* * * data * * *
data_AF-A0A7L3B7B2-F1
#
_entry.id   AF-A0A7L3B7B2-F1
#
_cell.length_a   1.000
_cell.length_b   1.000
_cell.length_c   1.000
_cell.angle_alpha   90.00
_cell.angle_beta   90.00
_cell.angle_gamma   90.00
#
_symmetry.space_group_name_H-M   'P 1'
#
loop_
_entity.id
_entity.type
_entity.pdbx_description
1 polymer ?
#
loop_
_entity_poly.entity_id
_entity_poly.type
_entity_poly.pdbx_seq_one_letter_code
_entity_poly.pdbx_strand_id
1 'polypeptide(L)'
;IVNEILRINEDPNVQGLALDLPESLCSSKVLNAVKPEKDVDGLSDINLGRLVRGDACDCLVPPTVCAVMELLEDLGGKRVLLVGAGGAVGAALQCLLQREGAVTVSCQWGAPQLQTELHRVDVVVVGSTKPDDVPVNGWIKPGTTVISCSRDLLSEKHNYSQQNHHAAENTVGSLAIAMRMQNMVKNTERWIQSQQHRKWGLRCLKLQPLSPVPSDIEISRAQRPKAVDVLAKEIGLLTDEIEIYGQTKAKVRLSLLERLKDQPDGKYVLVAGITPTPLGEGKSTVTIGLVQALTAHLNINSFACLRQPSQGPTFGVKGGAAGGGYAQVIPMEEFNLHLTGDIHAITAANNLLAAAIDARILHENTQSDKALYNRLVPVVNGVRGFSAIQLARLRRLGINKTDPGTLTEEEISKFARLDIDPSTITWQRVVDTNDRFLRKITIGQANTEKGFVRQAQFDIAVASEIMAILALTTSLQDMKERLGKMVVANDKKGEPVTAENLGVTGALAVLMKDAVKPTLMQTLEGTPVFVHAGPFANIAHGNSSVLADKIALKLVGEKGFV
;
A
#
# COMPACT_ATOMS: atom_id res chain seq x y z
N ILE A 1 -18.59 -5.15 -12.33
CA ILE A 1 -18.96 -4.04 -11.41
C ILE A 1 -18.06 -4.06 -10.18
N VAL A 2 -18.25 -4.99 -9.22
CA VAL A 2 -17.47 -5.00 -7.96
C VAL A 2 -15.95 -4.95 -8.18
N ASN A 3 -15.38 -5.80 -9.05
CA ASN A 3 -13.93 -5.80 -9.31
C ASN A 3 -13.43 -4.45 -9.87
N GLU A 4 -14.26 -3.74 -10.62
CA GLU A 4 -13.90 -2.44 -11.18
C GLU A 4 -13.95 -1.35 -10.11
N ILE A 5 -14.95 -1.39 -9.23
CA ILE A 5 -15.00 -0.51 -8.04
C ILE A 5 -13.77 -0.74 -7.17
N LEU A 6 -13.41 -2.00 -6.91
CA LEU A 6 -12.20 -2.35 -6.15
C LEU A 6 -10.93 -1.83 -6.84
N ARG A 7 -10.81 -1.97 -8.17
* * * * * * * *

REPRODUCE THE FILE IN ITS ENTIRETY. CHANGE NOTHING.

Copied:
data_AF-A0A7L3B7B2-F1
#
_entry.id   AF-A0A7L3B7B2-F1
#
_cell.length_a   1.000
_cell.length_b   1.000
_cell.length_c   1.000
_cell.angle_alpha   90.00
_cell.angle_beta   90.00
_cell.angle_gamma   90.00
#
_symmetry.space_group_name_H-M   'P 1'
#
loop_
_entity.id
_entity.type
_entity.pdbx_description
1 polymer ?
#
loop_
_entity_poly.entity_id
_entity_poly.type
_entity_poly.pdbx_seq_one_letter_code
_entity_poly.pdbx_strand_id
1 'polypeptide(L)'
;IVNEILRINEDPNVQGLALDLPESLCSSKVLNAVKPEKDVDGLSDINLGRLVRGDACDCLVPPTVCAVMELLEDLGGKRVLLVGAGGAVGAALQCLLQREGAVTVSCQWGAPQLQTELHRVDVVVVGSTKPDDVPVNGWIKPGTTVISCSRDLLSEKHNYSQQNHHAAENTVGSLAIAMRMQNMVKNTERWIQSQQHRKWGLRCLKLQPLSPVPSDIEISRAQRPKAVDVLAKEIGLLTDEIEIYGQTKAKVRLSLLERLKDQPDGKYVLVAGITPTPLGEGKSTVTIGLVQALTAHLNINSFACLRQPSQGPTFGVKGGAAGGGYAQVIPMEEFNLHLTGDIHAITAANNLLAAAIDARILHENTQSDKALYNRLVPVVNGVRGFSAIQLARLRRLGINKTDPGTLTEEEISKFARLDIDPSTITWQRVVDTNDRFLRKITIGQANTEKGFVRQAQFDIAVASEIMAILALTTSLQDMKERLGKMVVANDKKGEPVTAENLGVTGALAVLMKDAVKPTLMQTLEGTPVFVHAGPFANIAHGNSSVLADKIALKLVGEKGFV
;
A
#
# COMPACT_ATOMS: atom_id res chain seq x y z
N ILE A 1 -18.59 -5.15 -12.33
CA ILE A 1 -18.96 -4.04 -11.41
C ILE A 1 -18.06 -4.06 -10.18
N VAL A 2 -18.25 -4.99 -9.22
CA VAL A 2 -17.47 -5.00 -7.96
C VAL A 2 -15.95 -4.95 -8.18
N ASN A 3 -15.38 -5.80 -9.05
CA ASN A 3 -13.93 -5.80 -9.31
C ASN A 3 -13.43 -4.45 -9.87
N GLU A 4 -14.26 -3.74 -10.62
CA GLU A 4 -13.90 -2.44 -11.18
C GLU A 4 -13.95 -1.35 -10.11
N ILE A 5 -14.95 -1.39 -9.23
CA ILE A 5 -15.00 -0.51 -8.04
C ILE A 5 -13.77 -0.74 -7.17
N LEU A 6 -13.41 -2.00 -6.91
CA LEU A 6 -12.20 -2.35 -6.15
C LEU A 6 -10.93 -1.83 -6.84
N ARG A 7 -10.81 -1.97 -8.17